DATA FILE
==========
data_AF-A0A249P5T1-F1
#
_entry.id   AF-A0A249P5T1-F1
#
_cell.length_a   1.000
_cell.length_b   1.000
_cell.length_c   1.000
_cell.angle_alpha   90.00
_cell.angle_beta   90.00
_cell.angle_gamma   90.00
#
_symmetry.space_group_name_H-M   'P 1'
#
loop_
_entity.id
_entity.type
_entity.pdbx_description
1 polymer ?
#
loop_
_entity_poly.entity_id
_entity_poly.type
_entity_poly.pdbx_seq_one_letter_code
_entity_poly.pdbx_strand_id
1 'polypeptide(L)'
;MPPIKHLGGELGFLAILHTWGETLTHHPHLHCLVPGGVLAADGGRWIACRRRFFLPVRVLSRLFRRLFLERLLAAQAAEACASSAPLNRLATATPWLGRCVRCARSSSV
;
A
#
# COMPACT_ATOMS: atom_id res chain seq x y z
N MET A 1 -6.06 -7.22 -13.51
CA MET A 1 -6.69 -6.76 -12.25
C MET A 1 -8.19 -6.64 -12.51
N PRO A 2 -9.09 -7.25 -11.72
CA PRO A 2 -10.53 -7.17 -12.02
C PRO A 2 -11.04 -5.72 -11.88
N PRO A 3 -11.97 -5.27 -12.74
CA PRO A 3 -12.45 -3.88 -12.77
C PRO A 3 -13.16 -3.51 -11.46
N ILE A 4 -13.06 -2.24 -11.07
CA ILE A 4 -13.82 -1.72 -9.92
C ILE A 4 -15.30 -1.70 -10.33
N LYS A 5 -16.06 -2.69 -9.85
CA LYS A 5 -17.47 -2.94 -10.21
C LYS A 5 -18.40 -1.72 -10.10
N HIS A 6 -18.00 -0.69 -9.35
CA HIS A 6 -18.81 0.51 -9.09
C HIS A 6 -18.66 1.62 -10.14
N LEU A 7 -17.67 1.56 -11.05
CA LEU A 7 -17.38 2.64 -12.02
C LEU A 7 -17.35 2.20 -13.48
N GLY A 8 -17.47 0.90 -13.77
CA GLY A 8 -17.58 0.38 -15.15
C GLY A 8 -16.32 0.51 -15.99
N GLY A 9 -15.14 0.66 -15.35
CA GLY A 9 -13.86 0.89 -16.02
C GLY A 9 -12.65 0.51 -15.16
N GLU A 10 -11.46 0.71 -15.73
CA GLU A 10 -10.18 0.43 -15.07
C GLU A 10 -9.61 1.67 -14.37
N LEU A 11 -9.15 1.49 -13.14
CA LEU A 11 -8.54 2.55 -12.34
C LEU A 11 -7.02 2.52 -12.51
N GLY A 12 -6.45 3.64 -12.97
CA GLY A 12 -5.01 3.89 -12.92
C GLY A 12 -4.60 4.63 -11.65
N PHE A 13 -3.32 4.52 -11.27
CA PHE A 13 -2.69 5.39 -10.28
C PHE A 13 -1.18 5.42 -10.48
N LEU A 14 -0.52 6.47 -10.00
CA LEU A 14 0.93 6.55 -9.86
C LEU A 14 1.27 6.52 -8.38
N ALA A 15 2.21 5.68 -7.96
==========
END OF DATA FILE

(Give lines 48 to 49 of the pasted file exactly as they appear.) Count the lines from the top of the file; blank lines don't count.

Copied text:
C HIS A 6 -18.66 1.62 -10.14
N LEU A 7 -17.67 1.56 -11.05